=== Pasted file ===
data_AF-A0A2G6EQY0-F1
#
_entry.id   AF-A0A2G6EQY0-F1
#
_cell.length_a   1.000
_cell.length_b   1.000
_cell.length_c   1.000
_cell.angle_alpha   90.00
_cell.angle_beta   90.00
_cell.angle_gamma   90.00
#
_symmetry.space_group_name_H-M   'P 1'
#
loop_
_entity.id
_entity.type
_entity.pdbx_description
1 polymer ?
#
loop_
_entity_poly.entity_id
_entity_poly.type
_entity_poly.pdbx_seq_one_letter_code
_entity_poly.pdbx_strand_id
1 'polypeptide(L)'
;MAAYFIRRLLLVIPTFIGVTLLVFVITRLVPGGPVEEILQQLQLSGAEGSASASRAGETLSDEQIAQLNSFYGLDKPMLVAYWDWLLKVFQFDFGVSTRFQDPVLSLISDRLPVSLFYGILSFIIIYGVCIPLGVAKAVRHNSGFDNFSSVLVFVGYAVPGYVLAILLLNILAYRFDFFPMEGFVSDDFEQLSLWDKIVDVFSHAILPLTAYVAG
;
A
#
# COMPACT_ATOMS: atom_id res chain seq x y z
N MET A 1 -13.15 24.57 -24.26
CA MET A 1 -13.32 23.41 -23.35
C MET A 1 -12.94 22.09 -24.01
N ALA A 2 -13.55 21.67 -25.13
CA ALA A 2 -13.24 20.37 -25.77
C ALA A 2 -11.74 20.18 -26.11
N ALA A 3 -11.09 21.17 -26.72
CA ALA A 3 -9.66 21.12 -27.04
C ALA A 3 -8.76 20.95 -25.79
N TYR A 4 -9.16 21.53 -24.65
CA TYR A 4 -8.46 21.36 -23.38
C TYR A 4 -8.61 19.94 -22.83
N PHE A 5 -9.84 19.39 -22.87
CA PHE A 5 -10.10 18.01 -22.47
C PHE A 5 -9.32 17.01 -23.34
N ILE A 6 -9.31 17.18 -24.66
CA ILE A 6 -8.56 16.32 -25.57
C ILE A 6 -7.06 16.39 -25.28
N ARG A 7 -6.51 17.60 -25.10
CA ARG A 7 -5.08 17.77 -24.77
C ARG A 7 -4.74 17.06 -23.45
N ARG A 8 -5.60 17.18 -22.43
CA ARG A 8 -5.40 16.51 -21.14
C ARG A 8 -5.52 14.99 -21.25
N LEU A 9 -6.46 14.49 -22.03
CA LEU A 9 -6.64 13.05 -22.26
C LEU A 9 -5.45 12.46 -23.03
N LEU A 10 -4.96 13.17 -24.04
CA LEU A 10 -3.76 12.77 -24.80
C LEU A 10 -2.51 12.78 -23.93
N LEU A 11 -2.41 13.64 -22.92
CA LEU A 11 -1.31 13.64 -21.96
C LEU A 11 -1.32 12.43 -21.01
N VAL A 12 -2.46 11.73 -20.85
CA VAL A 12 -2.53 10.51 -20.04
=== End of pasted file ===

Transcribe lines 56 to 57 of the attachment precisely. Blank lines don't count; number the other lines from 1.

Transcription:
CA LEU A 9 -6.64 13.05 -22.26
C LEU A 9 -5.45 12.46 -23.03